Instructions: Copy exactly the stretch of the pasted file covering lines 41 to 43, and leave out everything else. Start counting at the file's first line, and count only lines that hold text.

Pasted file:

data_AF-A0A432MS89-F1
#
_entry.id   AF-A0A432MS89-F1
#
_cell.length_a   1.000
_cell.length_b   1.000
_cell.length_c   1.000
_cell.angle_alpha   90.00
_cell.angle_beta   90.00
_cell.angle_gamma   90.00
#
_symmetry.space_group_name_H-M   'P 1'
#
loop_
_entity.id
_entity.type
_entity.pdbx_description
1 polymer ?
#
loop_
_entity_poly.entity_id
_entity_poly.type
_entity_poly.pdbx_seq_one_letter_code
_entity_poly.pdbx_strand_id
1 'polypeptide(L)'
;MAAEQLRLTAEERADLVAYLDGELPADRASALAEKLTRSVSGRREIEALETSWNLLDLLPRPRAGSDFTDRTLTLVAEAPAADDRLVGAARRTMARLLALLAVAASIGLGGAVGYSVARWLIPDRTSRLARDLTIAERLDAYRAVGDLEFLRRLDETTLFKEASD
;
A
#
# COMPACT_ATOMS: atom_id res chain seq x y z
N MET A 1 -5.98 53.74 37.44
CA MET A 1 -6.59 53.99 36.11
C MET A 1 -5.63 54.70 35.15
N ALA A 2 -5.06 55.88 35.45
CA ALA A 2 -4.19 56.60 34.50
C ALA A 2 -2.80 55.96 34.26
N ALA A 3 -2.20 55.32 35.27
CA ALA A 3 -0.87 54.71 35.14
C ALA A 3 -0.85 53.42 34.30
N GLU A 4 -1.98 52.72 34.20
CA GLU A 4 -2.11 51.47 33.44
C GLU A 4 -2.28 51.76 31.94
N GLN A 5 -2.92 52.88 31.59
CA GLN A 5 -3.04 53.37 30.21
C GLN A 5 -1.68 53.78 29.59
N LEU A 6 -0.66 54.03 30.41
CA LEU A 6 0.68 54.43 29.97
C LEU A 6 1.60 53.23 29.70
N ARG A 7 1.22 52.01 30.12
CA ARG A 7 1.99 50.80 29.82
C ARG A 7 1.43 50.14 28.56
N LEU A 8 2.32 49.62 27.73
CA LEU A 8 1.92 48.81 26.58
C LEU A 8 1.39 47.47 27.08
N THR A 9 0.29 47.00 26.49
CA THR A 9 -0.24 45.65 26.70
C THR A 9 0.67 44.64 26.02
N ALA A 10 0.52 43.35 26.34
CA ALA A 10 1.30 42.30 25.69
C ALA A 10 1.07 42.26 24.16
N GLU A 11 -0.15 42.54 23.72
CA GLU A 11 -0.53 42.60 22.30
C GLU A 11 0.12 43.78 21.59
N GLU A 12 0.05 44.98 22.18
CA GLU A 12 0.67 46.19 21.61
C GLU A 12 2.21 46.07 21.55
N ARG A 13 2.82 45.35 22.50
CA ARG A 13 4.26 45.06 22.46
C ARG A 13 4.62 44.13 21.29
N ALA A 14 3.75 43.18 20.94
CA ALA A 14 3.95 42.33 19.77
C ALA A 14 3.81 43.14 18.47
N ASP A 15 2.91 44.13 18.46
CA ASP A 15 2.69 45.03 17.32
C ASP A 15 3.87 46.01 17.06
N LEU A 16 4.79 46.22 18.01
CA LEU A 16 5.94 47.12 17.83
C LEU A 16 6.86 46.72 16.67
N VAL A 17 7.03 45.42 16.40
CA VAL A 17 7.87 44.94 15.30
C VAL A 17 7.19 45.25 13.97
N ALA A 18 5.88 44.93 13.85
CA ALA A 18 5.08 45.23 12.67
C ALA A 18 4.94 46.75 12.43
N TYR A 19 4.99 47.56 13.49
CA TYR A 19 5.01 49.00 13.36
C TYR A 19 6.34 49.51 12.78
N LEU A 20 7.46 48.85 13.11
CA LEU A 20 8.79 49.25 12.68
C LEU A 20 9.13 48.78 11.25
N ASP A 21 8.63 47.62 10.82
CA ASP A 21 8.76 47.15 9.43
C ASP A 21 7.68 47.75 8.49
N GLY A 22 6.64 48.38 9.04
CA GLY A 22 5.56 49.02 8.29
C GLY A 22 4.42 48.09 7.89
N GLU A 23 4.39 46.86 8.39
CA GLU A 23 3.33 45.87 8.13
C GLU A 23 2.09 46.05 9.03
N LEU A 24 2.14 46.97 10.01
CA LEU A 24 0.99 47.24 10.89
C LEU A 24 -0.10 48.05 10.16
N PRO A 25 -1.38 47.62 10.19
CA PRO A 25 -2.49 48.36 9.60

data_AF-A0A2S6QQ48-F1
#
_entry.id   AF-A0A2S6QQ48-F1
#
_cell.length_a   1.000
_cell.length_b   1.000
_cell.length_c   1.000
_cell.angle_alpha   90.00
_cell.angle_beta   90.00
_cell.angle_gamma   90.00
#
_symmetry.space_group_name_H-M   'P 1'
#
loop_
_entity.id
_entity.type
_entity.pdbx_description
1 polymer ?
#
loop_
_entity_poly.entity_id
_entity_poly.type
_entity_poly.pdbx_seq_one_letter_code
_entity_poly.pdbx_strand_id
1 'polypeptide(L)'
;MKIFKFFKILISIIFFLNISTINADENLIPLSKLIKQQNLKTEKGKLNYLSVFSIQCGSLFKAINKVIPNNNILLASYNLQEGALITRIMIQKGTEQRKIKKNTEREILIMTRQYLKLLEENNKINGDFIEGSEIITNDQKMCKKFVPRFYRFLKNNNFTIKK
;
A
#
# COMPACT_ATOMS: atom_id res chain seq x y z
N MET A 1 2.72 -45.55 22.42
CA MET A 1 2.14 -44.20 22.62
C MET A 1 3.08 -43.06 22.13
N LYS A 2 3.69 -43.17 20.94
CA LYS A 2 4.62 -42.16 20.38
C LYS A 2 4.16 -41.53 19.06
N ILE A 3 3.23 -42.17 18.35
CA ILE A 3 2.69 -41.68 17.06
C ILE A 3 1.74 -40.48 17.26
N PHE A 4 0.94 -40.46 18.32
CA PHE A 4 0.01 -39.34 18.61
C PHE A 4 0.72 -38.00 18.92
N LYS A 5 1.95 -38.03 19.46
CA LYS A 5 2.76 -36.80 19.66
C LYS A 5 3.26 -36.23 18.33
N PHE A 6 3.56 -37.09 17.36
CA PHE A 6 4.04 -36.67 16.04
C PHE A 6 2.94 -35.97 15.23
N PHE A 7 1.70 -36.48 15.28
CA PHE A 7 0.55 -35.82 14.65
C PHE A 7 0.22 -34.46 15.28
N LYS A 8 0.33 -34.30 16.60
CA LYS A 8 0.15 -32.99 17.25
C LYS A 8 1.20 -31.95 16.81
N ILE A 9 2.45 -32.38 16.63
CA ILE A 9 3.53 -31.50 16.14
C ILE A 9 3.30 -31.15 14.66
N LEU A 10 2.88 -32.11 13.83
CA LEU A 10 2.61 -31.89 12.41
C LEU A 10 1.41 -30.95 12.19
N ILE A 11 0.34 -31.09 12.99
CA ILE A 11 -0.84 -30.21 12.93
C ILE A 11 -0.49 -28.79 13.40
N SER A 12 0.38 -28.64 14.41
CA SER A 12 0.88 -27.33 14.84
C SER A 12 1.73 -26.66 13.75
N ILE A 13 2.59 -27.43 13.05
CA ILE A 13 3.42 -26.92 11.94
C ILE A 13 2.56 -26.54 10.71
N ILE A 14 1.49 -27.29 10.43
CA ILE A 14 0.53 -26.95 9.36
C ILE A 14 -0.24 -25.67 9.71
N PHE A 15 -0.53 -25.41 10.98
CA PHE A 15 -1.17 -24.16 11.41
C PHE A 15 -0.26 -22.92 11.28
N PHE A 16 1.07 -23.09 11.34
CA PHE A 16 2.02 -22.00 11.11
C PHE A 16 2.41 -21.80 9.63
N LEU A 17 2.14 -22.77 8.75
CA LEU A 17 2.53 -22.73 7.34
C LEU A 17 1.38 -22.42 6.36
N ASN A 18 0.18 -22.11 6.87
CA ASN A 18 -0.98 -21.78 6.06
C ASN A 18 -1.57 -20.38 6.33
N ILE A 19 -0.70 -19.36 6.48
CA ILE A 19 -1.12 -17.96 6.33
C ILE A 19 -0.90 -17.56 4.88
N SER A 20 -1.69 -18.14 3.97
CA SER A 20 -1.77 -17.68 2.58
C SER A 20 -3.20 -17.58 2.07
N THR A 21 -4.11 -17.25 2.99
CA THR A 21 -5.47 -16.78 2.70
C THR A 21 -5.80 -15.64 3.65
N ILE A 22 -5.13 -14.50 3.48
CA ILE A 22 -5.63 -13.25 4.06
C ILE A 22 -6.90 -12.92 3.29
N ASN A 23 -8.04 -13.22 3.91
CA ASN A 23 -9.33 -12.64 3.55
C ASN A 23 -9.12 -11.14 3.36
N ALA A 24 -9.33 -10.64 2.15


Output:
CA GLU A 4 -2.11 51.47 33.44
C GLU A 4 -2.28 51.76 31.94
N GLN A 5 -2.92 52.88 31.59